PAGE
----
Monthly Archives: January 2012

The Lost City of Z

Although certainly not as exciting as an Amazon expedition, the tribe known as the Crandall Public Library Monday Evening Book Discussion Group, braved the elements  and gathered on January 23, 2012 to explore David Grann’s pulse-pounding adventure narrative The Lost City of Z: A Tale of Deadly Obsession in the Amazon.  The conversation wandered in any number of directions as the group’s thoughts regarding the work were explored.  Subjects touched on include:

  • Percy Fawcett – Man and Myth
  • Gender and Historical Perception
  • The Ugly Imperialist
  • Exploration and Economics
  • Pedagogical Perspectives and Practices

If you liked The Lost City of Z, then you might enjoy Mr. Grann’s other full-length work The Devil and Sherlock Holmes.  I think that The Daily Beast sums it up nicely.  “The truth is always stranger than fiction, even when it comes to murder mysteries. That’s the take-home lesson of Grann’s latest collection, which brings together 12 stories of real-life mysteries, each one stranger and more gripping than the last.”  Sounds exciting!

It goes without saying that I am looking forward to our February meet-up, which will feature the group’s first ever discussion of a graphic novel.  The work in question is Marjane Satrapi’s critically acclaimed Persepolis.  As if that’s not enough, the book was made into a delightful animated movie, and the library has three copies.  Given the recent turmoil in Iran, this discussion seems as if it’s marked for greatness.  Even better, get ready for the return of Anne “Always Awesome” Nelson as guest moderator.  I could drone on forever about how great February’s festivities are going to be, but in the words of the great Stan Lee, “nuff said!”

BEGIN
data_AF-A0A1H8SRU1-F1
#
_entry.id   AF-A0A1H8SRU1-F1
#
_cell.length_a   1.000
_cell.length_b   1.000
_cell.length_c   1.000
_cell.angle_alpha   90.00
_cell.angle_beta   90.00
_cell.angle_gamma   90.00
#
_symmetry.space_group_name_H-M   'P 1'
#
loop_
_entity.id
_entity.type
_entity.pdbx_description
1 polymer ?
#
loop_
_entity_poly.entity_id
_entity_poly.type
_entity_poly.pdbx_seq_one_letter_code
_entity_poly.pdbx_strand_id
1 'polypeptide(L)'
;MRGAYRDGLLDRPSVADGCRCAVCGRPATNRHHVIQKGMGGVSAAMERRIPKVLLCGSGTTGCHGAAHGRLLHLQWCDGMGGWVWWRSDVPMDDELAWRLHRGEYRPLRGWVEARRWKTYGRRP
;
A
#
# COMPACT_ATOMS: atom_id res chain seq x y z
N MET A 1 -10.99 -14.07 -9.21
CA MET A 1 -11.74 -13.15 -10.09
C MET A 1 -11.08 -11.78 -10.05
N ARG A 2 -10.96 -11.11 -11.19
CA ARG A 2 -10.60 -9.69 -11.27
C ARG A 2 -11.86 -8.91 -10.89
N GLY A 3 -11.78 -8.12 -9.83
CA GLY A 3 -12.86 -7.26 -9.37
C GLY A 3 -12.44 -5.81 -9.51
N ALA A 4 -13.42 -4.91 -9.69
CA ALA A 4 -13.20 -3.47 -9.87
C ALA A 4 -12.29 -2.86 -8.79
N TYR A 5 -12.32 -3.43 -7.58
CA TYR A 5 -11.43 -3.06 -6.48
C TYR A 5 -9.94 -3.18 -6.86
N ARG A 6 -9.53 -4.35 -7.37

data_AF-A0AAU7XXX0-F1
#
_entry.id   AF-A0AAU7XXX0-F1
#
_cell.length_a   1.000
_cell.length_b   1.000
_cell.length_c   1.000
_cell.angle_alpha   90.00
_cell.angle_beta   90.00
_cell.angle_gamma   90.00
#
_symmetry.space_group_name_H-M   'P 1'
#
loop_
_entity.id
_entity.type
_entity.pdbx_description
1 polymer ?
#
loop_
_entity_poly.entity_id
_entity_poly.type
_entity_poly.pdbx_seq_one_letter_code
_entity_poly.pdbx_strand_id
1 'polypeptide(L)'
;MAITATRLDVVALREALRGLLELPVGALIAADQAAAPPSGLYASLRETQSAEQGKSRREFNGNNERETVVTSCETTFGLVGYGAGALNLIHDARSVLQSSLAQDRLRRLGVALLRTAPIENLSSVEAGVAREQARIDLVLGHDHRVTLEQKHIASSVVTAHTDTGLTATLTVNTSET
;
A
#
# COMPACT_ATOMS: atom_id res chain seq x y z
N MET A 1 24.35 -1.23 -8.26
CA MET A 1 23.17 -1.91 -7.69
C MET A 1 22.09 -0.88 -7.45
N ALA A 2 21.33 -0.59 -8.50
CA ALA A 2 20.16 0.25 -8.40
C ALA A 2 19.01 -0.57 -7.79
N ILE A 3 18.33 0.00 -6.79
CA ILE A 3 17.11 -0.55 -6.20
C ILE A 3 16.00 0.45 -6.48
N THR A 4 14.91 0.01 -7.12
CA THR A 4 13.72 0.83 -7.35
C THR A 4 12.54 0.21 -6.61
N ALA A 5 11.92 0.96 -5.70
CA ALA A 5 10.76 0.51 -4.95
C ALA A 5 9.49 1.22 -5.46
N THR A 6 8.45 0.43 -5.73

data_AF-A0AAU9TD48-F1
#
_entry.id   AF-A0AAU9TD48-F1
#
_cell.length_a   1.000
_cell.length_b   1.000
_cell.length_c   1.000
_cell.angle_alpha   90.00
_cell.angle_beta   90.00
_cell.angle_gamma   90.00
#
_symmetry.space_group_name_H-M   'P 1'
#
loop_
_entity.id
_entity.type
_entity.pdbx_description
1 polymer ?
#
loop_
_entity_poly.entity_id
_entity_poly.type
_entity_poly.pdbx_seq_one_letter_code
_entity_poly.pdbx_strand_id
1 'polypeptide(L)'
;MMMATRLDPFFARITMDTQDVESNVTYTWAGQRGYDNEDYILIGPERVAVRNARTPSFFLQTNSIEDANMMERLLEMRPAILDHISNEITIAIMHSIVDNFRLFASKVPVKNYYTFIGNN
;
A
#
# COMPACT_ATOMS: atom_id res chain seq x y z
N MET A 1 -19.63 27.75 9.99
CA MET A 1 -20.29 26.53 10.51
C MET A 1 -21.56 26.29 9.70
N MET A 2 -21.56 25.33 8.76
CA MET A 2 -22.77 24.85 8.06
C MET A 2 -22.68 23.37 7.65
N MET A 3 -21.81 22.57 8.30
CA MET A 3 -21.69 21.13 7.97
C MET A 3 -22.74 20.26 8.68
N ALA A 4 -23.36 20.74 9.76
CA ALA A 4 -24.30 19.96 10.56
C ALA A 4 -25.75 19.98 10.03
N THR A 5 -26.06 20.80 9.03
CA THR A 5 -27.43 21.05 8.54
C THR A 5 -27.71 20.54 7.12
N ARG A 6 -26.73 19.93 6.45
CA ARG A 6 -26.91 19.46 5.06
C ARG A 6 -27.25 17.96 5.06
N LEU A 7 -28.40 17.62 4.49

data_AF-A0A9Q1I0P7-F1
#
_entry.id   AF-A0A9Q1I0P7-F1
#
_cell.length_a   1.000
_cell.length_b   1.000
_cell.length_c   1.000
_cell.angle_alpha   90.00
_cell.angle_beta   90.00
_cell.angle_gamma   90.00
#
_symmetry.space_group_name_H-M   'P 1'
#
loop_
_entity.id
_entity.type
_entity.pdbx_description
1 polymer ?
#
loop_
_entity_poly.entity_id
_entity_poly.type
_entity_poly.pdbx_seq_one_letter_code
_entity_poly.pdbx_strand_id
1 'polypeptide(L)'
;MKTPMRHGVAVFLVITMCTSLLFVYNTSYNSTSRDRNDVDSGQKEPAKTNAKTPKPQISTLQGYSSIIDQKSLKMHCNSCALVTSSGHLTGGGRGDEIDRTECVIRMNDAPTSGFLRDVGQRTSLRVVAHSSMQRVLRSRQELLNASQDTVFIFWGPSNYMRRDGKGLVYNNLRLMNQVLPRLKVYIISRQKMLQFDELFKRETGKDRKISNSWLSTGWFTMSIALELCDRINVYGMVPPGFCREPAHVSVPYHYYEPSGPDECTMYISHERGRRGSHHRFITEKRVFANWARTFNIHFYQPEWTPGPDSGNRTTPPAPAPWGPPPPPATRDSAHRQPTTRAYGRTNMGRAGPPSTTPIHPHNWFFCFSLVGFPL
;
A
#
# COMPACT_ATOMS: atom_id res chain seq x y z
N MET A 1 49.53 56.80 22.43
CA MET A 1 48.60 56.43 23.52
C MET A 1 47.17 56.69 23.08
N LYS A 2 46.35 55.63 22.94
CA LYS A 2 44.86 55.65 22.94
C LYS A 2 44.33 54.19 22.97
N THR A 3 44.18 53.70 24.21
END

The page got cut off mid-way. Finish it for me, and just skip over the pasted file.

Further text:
Linkage

David Grann’s Home Page

David Grann at The New Yorker

David Grann Speaks

LibraryThing: The Lost City of Z

4 Must Read Tales of Adventure

William Least Heat Moon once quipped that we ought to “be careful going in search of adventure – it’s ridiculously easy to find.”  Well, that’s certainly true at the library!  The elements have been the genesis of adventure since the very beginning.  In light of this, the following fours works offer a nod to earth, air, fire, and water.  I am quite sure that that they will thrill even the most jaded of armchair adventurers.

Desert Solitaire by Edward Abbey
“…a passionately felt, deeply poetic book…set down in a lean, racing prose, in a close-knit style of power and beauty.”
–The New York Times Book Review

West with the Night by Beryl Markham
“I wish you would get it and read it because it is really a bloody wonderful book.”
–Ernest Hemingway

Young Men and Fire by Norman Maclean
“…a somber and poetic retelling of a tragic event. It is the pinnacle of smoke jumping literature and a classic work of 20th-century nonfiction.”
–The Wall Street Journal

Endurance: Shackleton’s Incredible Voyage by Alfred Lansing
“One of the most gripping, suspenseful, intense stories anyone will ever read.”
–The Chicago Tribune

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